Content popularity counts are often related to other quantities, like click-through rates of linked advertisements and number of comments the content is expected to generate on the community site. For this reason we measured the performance of the predictions as the average relative squared error over the test set or as the expected difference of a prediction from the actual popularity, in percentages. For a reference time of tr to predict the popularity of submissions we chose 30 days after submission time. Since the predictions naturally depend on ti and how close we are to the reference time, we performed the parameter estimations in hourly intervals starting immediately after the introduction of a submission. The parameter values for the predictions (ln r(ti, tr) in the log-linear model discussed earlier) can be obtained with maximum likelihood fitting from the training-set data.

The errors measured on the test set (see Figure 5) show that the expected error decreases rapidly for Digg (negligible after 12 hours), while for You-Tube the predictions converge more slowly to the actual value. After five days, the expected error made in estimating the view count of an average video was about 20%, while the same error was attained an hour after a Digg submission. This is due to the fact that Digg stories have a much shorter life cycle than YouTube videos, and Digg submissions quickly collect many votes right after being promoted.

The simple observation that the popularities of individual items are linearly related to each other at different times enables us to extrapolate to future popularities by measuring content popularity shortly after the content is introduced. However, the detailed parameter-estimation procedure strongly depends on the idiosyncrasies of the random multiplicative model and the type of error measure we wish to minimize (such as absolute and relative), so these constraints must be considered to achieve the minimum error possible allowed by the model.

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Social Networking

Social networking features in Web 2.0 services are so ubiquitous it is almost mandatory for a site to offer them to its users. For example, Digg's approach to social networking is to make it possible for users to be fans of other users, after which they are able to see what stories their "idols" submit or digg. This is essentially a restricted form of collaborative filtering, but users themselves select the peers they wish to follow. A similar kind of social network is active in YouTube, though the feature that allowed users to follow the videos their friends were watching was nascent in 2008; however, they might have seen if friends recently uploaded videos. Due to the limited nature of social-networking options on YouTube in 2008, we focus on the network of Digg users. Together with content-popularity data, we also collected link information using the Digg API. Figure 6 shows a typical snapshot of the Digg social network in 2007, with about 260 users and 550 links, where a link represents whether a particular user is a fan of another user. Users who dugg a particular story are in red, with no apparent clustering among them. However, these users are relatively dense in the neighborhood of the small social graph in Figure 6, since the story attracted nearly 15,000 diggs altogether, considerably more than the average submission at the time.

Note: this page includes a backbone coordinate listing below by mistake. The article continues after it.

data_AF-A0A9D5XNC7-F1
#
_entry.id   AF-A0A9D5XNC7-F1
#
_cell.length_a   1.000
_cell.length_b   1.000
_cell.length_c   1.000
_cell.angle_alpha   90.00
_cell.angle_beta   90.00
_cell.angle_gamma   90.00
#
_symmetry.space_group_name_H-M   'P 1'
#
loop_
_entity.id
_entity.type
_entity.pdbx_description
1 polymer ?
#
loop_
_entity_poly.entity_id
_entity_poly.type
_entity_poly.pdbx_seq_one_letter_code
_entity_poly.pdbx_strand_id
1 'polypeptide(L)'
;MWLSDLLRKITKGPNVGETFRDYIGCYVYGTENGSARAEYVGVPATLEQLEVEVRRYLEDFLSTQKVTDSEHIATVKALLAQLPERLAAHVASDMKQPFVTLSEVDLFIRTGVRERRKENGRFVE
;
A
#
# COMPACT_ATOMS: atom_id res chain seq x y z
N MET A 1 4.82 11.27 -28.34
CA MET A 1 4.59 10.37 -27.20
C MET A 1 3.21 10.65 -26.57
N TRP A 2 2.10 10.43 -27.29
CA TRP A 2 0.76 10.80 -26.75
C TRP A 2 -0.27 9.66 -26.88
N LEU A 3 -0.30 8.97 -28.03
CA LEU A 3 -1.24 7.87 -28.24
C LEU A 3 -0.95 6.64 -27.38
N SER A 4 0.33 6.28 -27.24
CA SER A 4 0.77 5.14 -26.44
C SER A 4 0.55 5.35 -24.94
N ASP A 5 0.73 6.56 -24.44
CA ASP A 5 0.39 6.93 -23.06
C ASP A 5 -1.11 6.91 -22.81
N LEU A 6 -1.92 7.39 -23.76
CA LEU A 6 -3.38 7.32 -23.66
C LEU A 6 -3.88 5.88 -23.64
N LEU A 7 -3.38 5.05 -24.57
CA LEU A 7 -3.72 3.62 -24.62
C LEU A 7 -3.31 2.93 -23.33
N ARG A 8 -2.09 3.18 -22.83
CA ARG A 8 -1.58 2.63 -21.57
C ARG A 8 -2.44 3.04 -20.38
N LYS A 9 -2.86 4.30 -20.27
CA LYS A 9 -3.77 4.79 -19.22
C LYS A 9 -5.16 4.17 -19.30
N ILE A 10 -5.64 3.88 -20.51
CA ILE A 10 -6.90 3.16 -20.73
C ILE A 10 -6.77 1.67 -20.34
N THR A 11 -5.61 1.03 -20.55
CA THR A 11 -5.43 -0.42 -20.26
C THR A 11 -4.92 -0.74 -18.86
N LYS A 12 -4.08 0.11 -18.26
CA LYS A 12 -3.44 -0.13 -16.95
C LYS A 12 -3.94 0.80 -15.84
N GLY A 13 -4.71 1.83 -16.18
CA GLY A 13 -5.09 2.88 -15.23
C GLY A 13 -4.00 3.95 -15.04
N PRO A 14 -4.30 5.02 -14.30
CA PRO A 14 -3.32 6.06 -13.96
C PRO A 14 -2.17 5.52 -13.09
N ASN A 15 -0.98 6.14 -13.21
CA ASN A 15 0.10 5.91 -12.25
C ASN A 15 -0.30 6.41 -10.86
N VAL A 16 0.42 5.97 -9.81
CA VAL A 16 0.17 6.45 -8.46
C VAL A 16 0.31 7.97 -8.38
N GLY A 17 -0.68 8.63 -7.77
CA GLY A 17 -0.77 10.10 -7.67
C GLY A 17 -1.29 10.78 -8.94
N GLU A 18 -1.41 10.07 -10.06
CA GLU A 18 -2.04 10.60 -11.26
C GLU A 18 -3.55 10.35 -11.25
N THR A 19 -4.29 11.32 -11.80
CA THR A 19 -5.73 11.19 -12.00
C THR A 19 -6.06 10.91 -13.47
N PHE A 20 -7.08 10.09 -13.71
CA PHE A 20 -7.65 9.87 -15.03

It was known that the Digg social network plays an important role in making a story visible and popular when the submission is still in Digg's "upcoming" section, with new stories appearing at the top of the "upcoming" page on average every ninth second, as in Figure 2, with about 400 new submissions an hour in 2007. Though all new submissions are shown in the "upcoming" section, the list is updated so quickly that entries left the first page in about two minutes. The most effective way to discover new stories should thus be through the social network, where recent diggs of a user's idols are visible for more time on the user's personal page. To what extent then, do diggers pay attention to what their idols already dugg?

To see how Digg social networking functioned we took all submissions for which we had data for at least 12 hours after promotion and measured the fraction of diggers with at least one digger among their idols and who had already dugg the same story. In essence, this measurement is the probability that a new digg is made by users who may have seen the story through their social networks. We normalized the times of diggs with respect to the promotion time of the individual submissions, so for diggs made before promotion, time is measured backward. Results are outlined in Figure 7, where about 20% of diggers have an idol who dugg the same story before they did, when it was still in the "upcoming" phase. However, this figure drops considerably (to 7%) after promotion; most diggs are cast by users who could not have seen the submission in their social network before. This falloff in peer following supports the assumption that stories are found through the social network in the "upcoming" phase, but once they are promoted to the front page and exposed to a diverse audience for a longer time, the effect of the social network becomes negligible.